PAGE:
Joan Freeman was asked if her views on the 8th Amendment would affect her signing the legislation into law.

Joan Freeman.

"I absolutely would carry the voice of the people of the 8th Amendment," she said.

"I voted No but I didn't vote No for religious reasons. I voted No because I've spent all my adult life trying to preserve life.

"But I absolutely respect the vote. I respect that it is a Yes vote and would be happy as President to sign that into legislation."

Update 7:57pm: Gavin Duffy puts youth unemployment at heart of his bid for presidency

Ireland’s presidential hopeful and businessman Gavin Duffy has revealed he will highlight youth unemployment and will step away from his business if he is elected as the next president.

The Dragons’ Den entrepreneur was making his first presentation, and first political speech, to councillors at Waterford City County Council on Tuesday.

Speaking for an hour and 20 minutes, the successful businessman made a number of pledges and commended current President Michael D Higgins for his role as President since 2011.

The father-of-four said that, if he is elected, he will highlight youth unemployment.

Aras an Uachtarain, home of the Irish President in Phoenix Park, Dublin (Niall Carson/PA)

“Waterford is one of the blackspots as regards to youth unemployment in the country and we need to address that,” he said.

He was also asked about his involvement in blood sports and hunting organisations.

Mr Duffy said he has been up front about his role as former chairman of the Hunting Association of Ireland.

“About 10 years ago when there was a move to ban the Ward Union Hunt I stepped in,” he said.

Irish President Michael D Higgins (Brian Lawless/PA)

“I didn’t hunt with them, I had no connection, I was not a member, but they are keepers of the original, indigenous red deer in Ireland and I was asking the minister at the time, what are we going to do with this heritage herd of Irish red deer.

“But because I took that stand, now this is something that happens when you join politics, you cross the line and the Twitter machine starts.”

Mr Duffy said that he stands over his attempts to preserve the indigenous red deer.

The former Dragons’ Den judge, who is seeking the backing of four local councils before he can enter his name on the ballot paper, praised current Mr Higgins for his “excellent facilitation” of the 1916 centenary celebrations two years ago.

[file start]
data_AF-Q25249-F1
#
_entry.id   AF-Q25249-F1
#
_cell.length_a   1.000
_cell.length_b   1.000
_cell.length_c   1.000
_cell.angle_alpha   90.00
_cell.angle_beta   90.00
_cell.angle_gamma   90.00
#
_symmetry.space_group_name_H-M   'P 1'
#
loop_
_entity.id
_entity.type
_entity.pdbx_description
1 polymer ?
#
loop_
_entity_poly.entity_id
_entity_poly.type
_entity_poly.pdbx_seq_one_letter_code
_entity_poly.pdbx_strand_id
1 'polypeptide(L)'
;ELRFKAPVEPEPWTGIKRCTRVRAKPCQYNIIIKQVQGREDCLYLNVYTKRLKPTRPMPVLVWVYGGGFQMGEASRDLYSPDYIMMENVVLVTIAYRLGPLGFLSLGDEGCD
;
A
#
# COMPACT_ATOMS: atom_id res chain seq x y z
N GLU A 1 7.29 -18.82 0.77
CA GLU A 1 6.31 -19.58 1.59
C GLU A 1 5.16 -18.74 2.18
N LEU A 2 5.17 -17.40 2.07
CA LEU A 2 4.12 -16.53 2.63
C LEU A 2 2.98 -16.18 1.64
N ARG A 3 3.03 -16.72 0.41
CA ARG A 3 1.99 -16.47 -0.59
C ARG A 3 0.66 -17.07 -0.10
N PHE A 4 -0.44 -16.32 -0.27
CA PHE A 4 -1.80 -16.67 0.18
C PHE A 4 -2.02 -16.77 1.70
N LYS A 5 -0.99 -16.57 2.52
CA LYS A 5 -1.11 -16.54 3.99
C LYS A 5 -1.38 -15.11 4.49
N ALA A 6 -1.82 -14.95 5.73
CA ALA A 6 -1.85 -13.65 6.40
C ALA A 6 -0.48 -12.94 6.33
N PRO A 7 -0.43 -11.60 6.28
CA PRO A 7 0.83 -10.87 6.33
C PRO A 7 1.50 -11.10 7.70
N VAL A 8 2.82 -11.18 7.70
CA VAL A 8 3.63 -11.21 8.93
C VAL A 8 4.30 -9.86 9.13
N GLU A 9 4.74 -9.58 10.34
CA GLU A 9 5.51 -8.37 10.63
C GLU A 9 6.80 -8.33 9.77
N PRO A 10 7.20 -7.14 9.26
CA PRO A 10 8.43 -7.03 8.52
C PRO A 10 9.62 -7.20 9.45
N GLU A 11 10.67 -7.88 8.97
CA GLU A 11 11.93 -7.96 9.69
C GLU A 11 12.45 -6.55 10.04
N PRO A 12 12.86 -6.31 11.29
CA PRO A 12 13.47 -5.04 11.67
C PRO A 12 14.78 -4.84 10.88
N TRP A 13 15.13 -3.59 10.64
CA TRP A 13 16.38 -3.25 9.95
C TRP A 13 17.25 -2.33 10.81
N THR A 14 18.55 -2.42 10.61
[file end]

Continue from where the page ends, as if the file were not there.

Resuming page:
“I have to put on record that I have no difficulty with Michael D Higgins in going forward again, what I do believe that if he is successful he can return to the Aras with a mandate,” he added.

The businessman, who compared the councillors to the Dragons while he was making the pitch, said that he would set up an international youth core that would allow young people to get involved in charitable work abroad.

He said that young people would have to raise funds in their local community to cover the costs which, Mr Duffy said, would extend young people’s understanding of the world.

He was also asked about his position on a united Ireland and giving people living in Northern Ireland the right to vote in the presidential election.

Mr Duffy said that he was unsure if a president has the power to campaign for a United Ireland.

He continued: “I am somebody who was brought up in a border county and I am very concerned of what might be happening to the border.

“There has been great progress and that could be lost.”

Members of Waterford Co Council listen to Gavin Duffy (Niall Carson/PA)

He was also asked about his involvement with Nama developer Sean Fitzpatrick and he admitted he had a meeting with Mr Fitzpatrick a number of years ago.

He was asked whether he had provided consultancy or advice to Mr Fitzpatrick and he told the media that he received a phone call to meet with Mr Fitzpatrick.

“I got a phone call asking would I go and meet him, so I did,” he said.

“Anybody who is in the media spotlight I would be advising them to face up to them (the media) and talk to them as he was very big news at the time and he had no interest in that.

“Therefore I don’t know why he would be talking to someone like me and we never, ever met again.

“That was the first and last time I met Sean Fitzpatrick.”

The successful businessman also said he and his wife, Orlaith will be stepping away from their consultancy business if he is a successful candidate.

“This was a monumental decision, it was also a big decision for my wife of 25 years who is also my business partner,” he added.

“Orlaith also has to resign from the business which is one of the things about the presidency.

Gavin Duffy hopes to be Ireland’s next president (Niall Carson/PA)